Never leave a baby alone in a bath tub or any water.
Can my baby have a bath straight after he's born?
The nurse/midwife usually gives your healthy baby his/her first bath and they show you how to do it at the same time.
When should I start giving my baby regular baths?
It's up to you. As long as your baby is healthy, you may enjoy giving your baby a bath from day one or you may sponge him/her off using a warm wet cloth.
Newborns can lose body heat very quickly. So your baby's first bath should be quick but thorough, and last no longer than five minutes to 10 minutes. Make sure the room is warm, and close any doors and windows to stop draughts. Have towels ready to wrap your baby up and cuddle him afterwards.
It's fine to give your baby a bath before his umbilical cord stump has fallen off and healed. Bathing your baby won't make an infection in the stump more likely, and it won’t slow down the healing process. Just be sure that you allow it to dry off properly afterwards.For the first few weeks, you can bathe your baby using just water, or a little mild liquid baby cleanser.
If your baby's skin is dry, you can add some baby bath emollient to the water. Bear in mind that the emollient will make your baby slippery to handle.
How often will my baby need a bath?
It’s up to you how often you give your baby a bath. Newborns don't need a bath every day, as they don’t get very dirty. Bathing him two or three times a week is fine. Frequent baths may lead to dry skin, depending on what you use in the bath.
You'll need the following items before bathing your baby:
a soft, clean washcloth
mild, unscented baby soap and shampoo
a soft brush to stimulate the baby's scalp
towels or blankets
an infant tub with 2 to 3 inches of warm — not hot! — water (to test the water temperature, feel the water with the inside of your elbow or wrist). An infant tub is a plastic tub that can fit in the bathtub; it's a better size for babies and makes bathing easier to manage.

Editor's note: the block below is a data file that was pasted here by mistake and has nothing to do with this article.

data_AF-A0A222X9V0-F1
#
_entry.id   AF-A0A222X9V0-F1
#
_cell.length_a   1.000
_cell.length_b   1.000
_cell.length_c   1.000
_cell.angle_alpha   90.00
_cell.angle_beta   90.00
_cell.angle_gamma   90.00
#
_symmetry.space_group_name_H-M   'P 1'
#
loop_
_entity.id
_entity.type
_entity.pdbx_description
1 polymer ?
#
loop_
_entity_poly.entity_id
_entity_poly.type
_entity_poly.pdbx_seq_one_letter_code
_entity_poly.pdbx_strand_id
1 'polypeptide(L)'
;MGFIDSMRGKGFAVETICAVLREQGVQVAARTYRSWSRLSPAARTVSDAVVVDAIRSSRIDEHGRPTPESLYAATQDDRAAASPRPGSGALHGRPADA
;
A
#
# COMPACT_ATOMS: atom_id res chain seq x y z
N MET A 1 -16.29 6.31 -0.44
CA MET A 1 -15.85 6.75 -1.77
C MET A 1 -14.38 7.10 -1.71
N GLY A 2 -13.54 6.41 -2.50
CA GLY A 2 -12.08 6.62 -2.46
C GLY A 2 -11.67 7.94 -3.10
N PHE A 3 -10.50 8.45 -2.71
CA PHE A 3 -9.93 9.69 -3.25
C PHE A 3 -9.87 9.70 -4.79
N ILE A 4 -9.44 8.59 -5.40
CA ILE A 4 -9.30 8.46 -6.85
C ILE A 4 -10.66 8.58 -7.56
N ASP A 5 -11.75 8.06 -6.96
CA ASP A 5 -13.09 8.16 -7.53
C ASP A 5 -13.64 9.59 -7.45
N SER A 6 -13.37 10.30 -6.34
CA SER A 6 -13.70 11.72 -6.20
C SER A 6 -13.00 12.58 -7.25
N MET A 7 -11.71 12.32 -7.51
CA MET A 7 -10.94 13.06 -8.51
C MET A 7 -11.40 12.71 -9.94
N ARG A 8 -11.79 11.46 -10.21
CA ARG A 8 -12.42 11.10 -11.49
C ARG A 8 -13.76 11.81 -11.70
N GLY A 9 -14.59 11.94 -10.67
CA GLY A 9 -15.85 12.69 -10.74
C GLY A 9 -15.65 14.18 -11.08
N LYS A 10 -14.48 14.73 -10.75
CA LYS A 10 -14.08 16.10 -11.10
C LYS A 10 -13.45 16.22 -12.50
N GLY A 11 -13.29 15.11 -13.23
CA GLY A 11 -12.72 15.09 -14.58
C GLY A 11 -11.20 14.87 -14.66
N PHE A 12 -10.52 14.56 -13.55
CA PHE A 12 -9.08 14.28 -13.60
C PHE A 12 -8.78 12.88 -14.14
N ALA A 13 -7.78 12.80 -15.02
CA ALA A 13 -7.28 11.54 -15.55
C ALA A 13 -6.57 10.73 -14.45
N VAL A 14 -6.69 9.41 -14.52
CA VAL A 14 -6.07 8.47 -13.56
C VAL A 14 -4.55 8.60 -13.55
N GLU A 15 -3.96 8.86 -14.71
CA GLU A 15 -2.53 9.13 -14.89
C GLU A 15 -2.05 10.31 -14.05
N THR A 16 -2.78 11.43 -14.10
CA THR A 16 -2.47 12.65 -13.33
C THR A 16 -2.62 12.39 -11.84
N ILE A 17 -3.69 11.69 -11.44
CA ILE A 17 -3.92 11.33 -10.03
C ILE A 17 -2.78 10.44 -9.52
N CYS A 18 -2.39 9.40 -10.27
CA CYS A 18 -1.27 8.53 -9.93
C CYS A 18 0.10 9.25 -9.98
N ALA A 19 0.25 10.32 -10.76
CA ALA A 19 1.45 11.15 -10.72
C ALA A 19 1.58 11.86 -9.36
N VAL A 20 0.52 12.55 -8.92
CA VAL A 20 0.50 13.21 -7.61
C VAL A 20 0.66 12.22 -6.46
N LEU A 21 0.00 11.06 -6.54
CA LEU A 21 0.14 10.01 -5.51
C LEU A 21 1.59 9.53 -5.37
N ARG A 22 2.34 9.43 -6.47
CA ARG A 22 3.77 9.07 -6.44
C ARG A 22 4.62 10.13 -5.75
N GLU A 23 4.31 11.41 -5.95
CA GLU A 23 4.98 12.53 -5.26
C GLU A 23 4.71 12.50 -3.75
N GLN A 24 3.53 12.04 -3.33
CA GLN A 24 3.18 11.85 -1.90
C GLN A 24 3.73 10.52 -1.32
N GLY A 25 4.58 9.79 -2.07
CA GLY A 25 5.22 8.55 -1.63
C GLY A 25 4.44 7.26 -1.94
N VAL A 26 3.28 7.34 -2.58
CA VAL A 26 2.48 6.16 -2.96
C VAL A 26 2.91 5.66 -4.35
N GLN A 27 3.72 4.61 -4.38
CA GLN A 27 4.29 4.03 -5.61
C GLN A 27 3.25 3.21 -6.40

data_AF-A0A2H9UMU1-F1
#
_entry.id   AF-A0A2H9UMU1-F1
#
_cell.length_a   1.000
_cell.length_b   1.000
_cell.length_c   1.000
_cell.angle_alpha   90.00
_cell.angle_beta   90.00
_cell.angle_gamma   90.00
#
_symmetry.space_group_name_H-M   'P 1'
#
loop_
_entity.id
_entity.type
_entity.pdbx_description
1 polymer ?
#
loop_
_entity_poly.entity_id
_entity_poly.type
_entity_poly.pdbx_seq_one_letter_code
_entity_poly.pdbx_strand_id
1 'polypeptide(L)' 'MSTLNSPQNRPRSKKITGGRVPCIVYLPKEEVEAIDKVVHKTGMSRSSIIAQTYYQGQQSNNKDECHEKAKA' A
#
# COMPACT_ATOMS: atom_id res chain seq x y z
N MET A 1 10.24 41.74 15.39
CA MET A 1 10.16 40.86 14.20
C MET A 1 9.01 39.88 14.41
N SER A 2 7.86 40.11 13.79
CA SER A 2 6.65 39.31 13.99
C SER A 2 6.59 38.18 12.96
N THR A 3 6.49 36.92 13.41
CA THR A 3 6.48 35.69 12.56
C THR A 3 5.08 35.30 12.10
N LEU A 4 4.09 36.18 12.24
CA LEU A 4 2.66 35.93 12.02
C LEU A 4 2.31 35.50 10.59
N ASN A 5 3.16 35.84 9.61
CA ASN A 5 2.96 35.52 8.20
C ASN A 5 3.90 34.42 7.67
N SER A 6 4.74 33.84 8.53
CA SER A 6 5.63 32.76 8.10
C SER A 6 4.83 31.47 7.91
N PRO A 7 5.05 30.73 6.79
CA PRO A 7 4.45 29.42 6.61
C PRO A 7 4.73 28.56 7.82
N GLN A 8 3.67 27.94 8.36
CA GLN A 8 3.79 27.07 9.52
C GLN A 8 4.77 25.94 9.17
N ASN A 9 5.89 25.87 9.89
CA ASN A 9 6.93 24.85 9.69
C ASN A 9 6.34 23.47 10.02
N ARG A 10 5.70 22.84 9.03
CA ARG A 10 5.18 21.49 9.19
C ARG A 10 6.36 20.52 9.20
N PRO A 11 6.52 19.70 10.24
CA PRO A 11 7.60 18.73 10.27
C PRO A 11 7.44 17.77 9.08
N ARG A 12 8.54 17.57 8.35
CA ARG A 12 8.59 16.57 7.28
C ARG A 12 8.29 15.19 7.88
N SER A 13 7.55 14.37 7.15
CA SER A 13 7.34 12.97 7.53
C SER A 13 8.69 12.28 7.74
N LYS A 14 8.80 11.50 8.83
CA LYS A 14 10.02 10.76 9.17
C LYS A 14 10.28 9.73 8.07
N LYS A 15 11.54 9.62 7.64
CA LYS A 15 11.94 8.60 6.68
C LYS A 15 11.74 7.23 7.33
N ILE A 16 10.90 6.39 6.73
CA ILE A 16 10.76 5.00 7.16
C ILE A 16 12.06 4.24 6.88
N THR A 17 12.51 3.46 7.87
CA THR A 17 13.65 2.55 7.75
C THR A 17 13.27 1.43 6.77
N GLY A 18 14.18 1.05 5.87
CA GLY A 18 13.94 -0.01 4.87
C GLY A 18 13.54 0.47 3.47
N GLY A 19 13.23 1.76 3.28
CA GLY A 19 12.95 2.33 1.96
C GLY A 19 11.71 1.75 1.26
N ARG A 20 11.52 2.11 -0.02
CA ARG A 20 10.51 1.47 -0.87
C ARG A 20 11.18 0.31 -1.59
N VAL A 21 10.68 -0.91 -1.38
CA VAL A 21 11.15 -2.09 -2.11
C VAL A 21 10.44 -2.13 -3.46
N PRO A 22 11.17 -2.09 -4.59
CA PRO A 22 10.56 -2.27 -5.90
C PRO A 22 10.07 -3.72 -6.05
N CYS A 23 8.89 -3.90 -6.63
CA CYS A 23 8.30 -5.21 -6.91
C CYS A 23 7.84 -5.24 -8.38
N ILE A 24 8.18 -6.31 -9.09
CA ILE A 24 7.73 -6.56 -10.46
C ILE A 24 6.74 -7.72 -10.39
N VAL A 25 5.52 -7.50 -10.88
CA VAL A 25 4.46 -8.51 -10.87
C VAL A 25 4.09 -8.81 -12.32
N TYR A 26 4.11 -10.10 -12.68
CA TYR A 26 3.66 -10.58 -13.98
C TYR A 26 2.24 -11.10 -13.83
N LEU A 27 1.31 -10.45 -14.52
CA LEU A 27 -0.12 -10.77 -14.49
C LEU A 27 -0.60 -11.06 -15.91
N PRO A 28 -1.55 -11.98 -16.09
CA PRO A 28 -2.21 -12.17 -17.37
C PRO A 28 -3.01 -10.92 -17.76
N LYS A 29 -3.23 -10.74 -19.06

a clean diaper/pamper
For a sponge bath, pick a warm room and a flat surface, such as a changing table, floor, or counter. Undress your baby. Wipe your infant's eyes with a washcloth dampened with water only, starting with one eye and wiping from the inner corner to the outer corner. Use a clean corner of the washcloth to wash the other eye. Clean your baby's nose and ears with the washcloth. Then wet the cloth again and, using a little soap, wash his or her face gently and pat it dry.
Next, using baby shampoo, create a lather and gently wash your baby's head and rinse. Using a wet cloth and soap, gently wash the rest of the baby, paying special attention to creases under the arms, behind the ears, around the neck, and in the genital area. Once you have washed those areas, make sure they are dry and then diaper and dress your baby.
When your baby is ready for tub baths, the first baths should be gentle and brief. If he or she becomes upset, go back to sponge baths for a week or two, then try the bath again.
Undress your baby and then place him or her in the water immediately, in a warm room, to prevent chills. Make sure the water in the tub is no more than 2 to 3 inches deep, and that the water is no longer running in the tub.
As you lower your baby into the bath, hold her firmly under her bottom with one hand. Place your other arm under the back of her neck and her shoulders. Once your baby is in the bath and settled, you can use the hand that was supporting her bottom to wash and swish the water around. Keep a firm hold on your baby with your other hand and support her head above the water.
Use a washcloth to wash his or her face and hair. Gently massage your baby's scalp with the pads of your fingers or a soft baby hairbrush, including the area over the fontanelles (soft spots) on the top of the head. When you rinse the soap or shampoo from your baby's head, cup your hand across the forehead so the suds run toward the sides and soap doesn't get into the eyes. Gently wash the rest of your baby's body with water and a small amount of soap.
Throughout the bath, regularly pour water gently over your baby's body so he or she doesn't get cold. After the bath, wrap your baby in a towel immediately, making sure to cover his or her head. Baby towels with hoods are great for keeping a freshly washed baby warm.
While bathing your infant, never leave the baby alone. If you need to leave the bathroom, wrap the baby in a towel and take him or her with you.
Bathing Your Baby
The Umbilical Cord
Some doctors suggest swabbing the area of the umbilical cord with rubbing alcohol until the cord stump dries up and falls off, usually in 10 days to 3 weeks, but others recommend leaving the area alone.
An infant's navel area should not be submerged in water until the cord stump falls off and the area is healed. Until it falls off, the cord stump will change colour from yellow to brown or black — this is normal.
Ask your doctor for his/her advice and consult your doctor if the navel area becomes reddened or if a foul odor or discharge develops.